Stock Market Today: Big Tech Beatdown Keeps Stocks in a Slump

Apple (AAPL), Facebook (FB) and Amazon (AMZN) helped lead the market lower in an especially painful Friday for the tech-heavy Nasdaq.

(Image credit: Getty Images)

The usual store of worries -- election uncertainty, COVID's resurgence and stalled stimulus -- no doubt weighed large on investors during a broadly brutal Friday for U.S. equities.

But Big Tech gets a special nod for its role in dragging down the wider market.

Apple (AAPL) slightly topped earnings expectations, but shares slumped 5.6% amid a 20% decline in quarterly sales and a lack of forward-looking guidance.

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It wasn't all bad. "The bang-bang launches of iPad Air, Watch series 6, the service bundles, and the new 5G iPhones in autumn show that Apple is firing on all cylinders," writes Argus Research's Jim Kelleher (Buy, $150 price target), who adds that "the September iPad and Watch launch and the October iPhone launch should drive momentum for Apple products heading into the holiday season."

Facebook's (FB) top and bottom lines easily exceeded estimates, but a decline of 2 million users across North America triggered a 6.3% exodus from shares. And (AMZN)? A Street-beating 37% jump in revenues, and profits that were 67% better than estimates … but the stock sank 5.5% thanks to disappointing Q4 earnings estimates amid high COVID-related costs.

"None of Thursday's tech earnings results were bad, and some were spectacular," says David Bahnsen, chief investment officer of wealth management firm The Bahnsen Group, "but the market is reacting negatively because when something is priced for better-than-perfection, it becomes pretty hard to live up to those expectations."

Those reports and others helped drag the tech-heavy Nasdaq Composite 2.5% lower to 10,911. The Dow Jones Industrial Average enjoyed a late-afternoon rally that limited its losses, falling just 0.6% to 26,501.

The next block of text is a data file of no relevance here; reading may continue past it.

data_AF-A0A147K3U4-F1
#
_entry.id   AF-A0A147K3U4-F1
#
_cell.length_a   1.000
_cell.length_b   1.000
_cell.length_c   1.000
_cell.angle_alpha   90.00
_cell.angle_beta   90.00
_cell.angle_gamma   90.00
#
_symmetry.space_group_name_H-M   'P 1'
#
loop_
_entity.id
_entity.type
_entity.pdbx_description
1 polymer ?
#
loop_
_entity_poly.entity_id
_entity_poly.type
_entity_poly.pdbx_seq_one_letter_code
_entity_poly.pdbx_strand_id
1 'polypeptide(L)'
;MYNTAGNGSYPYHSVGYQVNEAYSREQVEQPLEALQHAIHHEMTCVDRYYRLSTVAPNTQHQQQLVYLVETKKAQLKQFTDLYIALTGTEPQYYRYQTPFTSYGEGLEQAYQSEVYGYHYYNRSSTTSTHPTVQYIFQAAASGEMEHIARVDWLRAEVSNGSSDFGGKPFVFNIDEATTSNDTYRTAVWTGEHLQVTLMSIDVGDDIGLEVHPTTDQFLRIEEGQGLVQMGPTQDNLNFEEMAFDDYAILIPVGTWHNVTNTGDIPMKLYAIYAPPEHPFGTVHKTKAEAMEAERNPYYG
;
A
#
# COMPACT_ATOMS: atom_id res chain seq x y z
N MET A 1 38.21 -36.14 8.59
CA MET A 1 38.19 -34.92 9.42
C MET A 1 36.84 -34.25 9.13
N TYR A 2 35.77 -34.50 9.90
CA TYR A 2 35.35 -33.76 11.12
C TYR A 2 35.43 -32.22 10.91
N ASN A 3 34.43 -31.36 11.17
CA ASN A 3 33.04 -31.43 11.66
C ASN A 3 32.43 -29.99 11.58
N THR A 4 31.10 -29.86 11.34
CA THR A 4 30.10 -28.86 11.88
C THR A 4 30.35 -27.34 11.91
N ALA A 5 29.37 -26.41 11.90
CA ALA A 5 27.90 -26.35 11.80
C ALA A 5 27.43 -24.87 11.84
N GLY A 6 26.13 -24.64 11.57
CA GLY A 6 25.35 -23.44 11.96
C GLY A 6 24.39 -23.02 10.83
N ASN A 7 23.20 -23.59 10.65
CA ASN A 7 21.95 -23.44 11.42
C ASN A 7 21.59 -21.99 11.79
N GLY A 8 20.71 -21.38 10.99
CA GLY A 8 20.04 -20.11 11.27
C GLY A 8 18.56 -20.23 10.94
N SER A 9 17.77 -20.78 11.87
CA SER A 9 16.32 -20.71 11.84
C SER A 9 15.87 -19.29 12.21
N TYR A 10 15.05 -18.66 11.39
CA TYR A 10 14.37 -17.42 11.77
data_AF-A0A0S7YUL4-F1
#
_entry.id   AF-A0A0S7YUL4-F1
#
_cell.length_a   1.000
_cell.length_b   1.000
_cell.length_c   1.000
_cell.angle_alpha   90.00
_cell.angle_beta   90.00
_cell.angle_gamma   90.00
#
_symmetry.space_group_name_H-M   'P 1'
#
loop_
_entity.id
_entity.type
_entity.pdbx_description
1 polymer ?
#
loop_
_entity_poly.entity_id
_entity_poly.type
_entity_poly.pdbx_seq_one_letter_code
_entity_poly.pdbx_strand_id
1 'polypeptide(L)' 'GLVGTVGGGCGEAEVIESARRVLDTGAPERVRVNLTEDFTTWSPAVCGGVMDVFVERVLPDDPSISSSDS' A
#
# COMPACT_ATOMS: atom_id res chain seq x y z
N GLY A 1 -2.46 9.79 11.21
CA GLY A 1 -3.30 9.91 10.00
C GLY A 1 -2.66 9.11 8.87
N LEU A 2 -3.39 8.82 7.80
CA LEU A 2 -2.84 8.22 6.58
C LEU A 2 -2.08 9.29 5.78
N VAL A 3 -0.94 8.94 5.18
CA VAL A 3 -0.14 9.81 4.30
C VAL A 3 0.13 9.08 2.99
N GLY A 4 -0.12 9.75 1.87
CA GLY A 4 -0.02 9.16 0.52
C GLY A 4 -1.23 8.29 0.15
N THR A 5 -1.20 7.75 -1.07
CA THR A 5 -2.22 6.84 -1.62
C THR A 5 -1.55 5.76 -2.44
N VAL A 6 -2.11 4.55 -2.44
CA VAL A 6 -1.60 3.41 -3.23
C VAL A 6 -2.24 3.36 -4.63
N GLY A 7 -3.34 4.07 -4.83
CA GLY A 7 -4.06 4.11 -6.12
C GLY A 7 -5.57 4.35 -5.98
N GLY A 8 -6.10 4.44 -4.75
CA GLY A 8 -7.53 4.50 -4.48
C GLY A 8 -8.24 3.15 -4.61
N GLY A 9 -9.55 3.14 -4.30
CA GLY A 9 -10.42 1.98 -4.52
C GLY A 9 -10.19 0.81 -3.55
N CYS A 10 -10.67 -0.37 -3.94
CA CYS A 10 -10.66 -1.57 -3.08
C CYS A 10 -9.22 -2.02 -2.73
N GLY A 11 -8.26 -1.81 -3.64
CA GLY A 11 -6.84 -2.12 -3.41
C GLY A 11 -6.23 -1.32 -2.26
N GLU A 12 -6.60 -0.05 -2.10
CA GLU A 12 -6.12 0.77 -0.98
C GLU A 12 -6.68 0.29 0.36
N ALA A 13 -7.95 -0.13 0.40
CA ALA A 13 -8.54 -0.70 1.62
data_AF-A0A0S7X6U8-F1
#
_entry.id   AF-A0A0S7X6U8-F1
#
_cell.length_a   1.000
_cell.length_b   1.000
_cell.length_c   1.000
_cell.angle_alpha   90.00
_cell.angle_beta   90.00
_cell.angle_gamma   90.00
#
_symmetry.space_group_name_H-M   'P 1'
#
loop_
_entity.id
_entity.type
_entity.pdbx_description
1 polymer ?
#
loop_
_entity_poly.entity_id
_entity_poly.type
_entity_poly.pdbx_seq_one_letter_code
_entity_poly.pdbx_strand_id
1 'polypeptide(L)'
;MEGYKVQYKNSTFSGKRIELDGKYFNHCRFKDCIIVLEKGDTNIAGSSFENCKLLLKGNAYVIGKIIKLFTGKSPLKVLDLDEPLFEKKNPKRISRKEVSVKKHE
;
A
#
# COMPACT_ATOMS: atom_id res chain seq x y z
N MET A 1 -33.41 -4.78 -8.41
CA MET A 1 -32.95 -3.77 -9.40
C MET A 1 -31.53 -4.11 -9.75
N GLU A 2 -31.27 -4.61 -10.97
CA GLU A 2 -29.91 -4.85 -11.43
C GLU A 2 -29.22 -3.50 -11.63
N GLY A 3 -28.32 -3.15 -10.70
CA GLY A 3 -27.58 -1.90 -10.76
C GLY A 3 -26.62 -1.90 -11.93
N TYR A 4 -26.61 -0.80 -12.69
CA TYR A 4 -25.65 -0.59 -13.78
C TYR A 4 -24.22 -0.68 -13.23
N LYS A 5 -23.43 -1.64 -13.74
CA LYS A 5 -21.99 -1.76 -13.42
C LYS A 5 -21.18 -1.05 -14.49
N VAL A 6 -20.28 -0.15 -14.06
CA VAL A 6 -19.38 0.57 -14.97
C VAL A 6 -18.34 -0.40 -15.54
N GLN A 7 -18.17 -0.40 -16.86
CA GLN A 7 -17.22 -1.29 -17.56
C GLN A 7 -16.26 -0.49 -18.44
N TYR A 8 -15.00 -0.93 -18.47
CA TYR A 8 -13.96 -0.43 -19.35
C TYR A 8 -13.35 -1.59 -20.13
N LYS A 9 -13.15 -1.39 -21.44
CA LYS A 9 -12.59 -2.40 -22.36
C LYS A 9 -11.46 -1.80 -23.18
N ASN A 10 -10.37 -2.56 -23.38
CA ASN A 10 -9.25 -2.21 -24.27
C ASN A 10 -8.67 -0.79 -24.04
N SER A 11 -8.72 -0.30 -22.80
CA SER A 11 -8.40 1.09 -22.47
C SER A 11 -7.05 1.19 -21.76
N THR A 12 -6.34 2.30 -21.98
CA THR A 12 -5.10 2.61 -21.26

The Pros' Picks: 9 Stocks to Sell Now

Other action in the stock market today:

  • The S&P 500 declined 1.2% to 3,269.
  • The small-cap Russell 2000 finished 1.5% lower to 1,590.
  • Google parent Alphabet (GOOGL, +3.8%) was an exception from the pain in mega-cap tech and communications, as strong advertising growth helped it exceed Wall Street expectations. Earnings of $16.40 per share easily cleared Wall Street estimates for $11.29.
  • Exxon Mobil (XOM, -1.1%) reported a nearly 30% decline in revenues and an 18-cent-per-share quarterly loss for Q3, though both the top and bottom lines were better than expected. The company's dividend, which some analysts believe is in danger of being cut, was maintained at 87 cents per share for the fourth quarter.

For Those Who Buy Dips ...

And thus ends the worst week for the markets since March, in what has been a downright dreadful lead-up to next week's elections.

The Nasdaq and Dow are both off 8.1% since Oct. 12, and the S&P 500 has dropped 7.5%. The latter's current level of 3,269 should be watched carefully -- if the index finishes near there or lower, that would bode poor things for the incumbent, at least based on one highly accurate market indicator.

But the low prices are becoming an increasingly sweet incentive for those investors who heeded warnings about high volatility around the election and kept some dry powder for the right opportunity. You could take a stab at growth via these seven small-cap tech plays, or seek out a balance of growth and stability via these 15 prime mid-cap opportunities.

Or you can really use lower prices to your advantage and squeeze higher yields out of the market's most aggressive dividend growth stocks. Analysts have recently highlighted a number of payout-hiking companies that have sweetened the pot by an average of 10% annually over the past half-decade -- and that level of dividend growth, over time, can give these stocks an advantage over more sluggish stocks with high current yields.

Kyle Woodley was long AAPL, AMZN and FB as of this writing.

Kyle Woodley

Kyle Woodley is the Editor-in-Chief of Young and The Invested, a site dedicated to improving the personal finances and financial literacy of parents and children. He also writes the weekly The Weekend Tea newsletter, which covers both news and analysis about spending, saving, investing, the economy and more.

Kyle was previously the Senior Investing Editor for, and the Managing Editor for before that. His work has appeared in several outlets, including Yahoo! Finance, MSN Money, Barchart, The Globe & Mail and the Nasdaq. He also has appeared as a guest on Fox Business Network and Money Radio, among other shows and podcasts, and he has been quoted in several outlets, including MarketWatch, Vice and Univision. He is a proud graduate of The Ohio State University, where he earned a BA in journalism. 

You can check out his thoughts on the markets (and more) at @KyleWoodley.